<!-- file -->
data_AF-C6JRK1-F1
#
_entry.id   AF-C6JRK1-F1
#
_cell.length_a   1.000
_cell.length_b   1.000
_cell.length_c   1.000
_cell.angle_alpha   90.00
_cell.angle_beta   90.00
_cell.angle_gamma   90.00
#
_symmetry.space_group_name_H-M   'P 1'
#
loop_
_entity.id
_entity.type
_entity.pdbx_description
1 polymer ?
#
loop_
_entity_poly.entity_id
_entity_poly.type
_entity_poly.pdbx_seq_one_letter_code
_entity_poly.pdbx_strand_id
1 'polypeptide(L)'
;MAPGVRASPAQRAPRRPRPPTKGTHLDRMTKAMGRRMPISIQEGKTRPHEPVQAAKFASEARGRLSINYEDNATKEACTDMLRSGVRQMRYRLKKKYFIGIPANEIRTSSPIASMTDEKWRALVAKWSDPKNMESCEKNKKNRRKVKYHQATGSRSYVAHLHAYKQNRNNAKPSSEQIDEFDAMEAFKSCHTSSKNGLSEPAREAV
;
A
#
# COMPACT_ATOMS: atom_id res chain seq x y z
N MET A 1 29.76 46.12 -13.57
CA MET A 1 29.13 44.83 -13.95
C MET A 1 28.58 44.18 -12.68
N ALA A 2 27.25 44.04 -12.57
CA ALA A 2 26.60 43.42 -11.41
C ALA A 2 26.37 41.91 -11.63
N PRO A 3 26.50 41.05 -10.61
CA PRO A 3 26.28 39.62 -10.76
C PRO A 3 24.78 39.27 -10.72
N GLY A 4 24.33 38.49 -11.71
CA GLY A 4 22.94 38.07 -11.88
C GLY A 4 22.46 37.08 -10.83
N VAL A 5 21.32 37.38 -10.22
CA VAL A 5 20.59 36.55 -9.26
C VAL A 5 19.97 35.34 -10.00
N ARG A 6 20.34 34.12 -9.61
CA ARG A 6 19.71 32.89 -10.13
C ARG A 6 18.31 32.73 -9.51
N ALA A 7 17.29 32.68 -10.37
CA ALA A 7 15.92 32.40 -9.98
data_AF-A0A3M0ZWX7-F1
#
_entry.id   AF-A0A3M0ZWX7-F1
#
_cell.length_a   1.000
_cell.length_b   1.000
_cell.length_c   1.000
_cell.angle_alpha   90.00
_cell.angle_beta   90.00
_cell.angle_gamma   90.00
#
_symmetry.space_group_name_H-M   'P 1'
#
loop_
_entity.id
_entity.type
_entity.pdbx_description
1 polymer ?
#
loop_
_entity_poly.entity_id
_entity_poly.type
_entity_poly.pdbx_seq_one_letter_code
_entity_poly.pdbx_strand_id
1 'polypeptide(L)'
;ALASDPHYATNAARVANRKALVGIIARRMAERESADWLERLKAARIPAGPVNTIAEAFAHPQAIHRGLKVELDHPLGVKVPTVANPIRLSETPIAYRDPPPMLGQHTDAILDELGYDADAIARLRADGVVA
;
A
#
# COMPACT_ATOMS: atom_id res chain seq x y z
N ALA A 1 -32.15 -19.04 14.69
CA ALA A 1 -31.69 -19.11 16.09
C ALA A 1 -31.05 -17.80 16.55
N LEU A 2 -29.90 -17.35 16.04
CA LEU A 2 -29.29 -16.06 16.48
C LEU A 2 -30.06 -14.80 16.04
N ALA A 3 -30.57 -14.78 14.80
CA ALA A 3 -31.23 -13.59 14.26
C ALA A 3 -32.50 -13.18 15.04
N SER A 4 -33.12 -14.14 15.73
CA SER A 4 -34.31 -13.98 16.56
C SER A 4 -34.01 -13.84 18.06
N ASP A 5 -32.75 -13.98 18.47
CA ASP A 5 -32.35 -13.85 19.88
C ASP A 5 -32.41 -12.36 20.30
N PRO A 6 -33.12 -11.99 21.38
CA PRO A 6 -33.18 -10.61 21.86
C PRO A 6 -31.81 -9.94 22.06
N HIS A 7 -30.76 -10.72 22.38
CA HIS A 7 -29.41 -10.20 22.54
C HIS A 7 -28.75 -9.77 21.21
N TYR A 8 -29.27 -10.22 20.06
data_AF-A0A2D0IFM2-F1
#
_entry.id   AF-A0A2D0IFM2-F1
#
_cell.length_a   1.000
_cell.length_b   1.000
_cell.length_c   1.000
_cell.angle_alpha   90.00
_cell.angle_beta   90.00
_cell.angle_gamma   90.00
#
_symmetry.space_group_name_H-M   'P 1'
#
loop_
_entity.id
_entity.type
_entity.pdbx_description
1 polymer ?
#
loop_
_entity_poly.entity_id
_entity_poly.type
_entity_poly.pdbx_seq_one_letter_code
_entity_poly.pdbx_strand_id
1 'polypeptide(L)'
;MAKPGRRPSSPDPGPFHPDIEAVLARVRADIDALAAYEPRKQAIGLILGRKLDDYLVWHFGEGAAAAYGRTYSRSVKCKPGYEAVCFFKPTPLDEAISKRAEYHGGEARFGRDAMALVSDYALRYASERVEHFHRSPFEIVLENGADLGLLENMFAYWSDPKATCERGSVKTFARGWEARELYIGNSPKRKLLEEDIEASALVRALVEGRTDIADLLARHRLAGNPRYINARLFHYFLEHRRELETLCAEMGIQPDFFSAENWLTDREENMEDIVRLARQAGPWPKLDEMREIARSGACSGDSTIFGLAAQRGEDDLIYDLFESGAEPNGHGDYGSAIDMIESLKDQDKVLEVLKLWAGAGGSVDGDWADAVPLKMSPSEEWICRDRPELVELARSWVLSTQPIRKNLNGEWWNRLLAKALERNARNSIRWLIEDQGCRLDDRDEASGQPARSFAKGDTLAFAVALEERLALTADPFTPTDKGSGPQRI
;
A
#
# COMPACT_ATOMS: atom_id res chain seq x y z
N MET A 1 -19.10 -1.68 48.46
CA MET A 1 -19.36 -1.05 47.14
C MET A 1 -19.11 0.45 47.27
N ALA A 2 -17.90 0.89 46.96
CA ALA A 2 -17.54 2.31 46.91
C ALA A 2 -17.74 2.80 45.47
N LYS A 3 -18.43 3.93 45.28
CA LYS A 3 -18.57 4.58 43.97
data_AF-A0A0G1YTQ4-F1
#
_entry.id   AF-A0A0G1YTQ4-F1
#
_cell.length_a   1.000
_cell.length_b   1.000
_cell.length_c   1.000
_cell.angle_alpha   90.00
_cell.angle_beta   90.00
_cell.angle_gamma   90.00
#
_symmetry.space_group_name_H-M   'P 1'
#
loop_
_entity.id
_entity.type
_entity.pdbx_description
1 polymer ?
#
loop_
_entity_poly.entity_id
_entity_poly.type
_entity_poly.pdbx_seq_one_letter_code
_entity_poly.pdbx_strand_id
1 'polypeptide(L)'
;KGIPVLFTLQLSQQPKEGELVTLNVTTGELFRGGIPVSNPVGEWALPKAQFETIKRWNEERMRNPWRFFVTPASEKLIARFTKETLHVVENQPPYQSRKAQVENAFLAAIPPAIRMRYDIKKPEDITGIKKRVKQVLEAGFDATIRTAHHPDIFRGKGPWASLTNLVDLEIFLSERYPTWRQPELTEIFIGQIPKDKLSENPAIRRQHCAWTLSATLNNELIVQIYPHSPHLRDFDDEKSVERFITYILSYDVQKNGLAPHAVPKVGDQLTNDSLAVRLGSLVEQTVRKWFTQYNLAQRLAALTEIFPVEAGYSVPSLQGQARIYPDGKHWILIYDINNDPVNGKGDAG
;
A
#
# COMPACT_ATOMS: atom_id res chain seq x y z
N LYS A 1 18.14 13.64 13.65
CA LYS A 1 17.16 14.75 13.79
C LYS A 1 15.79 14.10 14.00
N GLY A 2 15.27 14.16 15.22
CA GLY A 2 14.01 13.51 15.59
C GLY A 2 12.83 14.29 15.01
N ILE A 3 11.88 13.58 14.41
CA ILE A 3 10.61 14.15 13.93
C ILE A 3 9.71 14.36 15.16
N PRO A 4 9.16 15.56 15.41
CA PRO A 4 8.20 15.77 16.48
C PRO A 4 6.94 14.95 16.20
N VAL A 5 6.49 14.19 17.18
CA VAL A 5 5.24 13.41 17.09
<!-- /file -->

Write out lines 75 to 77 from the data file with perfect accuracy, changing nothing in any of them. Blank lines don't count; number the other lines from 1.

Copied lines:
1 'polypeptide(L)'
;ALASDPHYATNAARVANRKALVGIIARRMAERESADWLERLKAARIPAGPVNTIAEAFAHPQAIHRGLKVELDHPLGVKVPTVANPIRLSETPIAYRDPPPMLGQHTDAILDELGYDADAIARLRADGVVA
;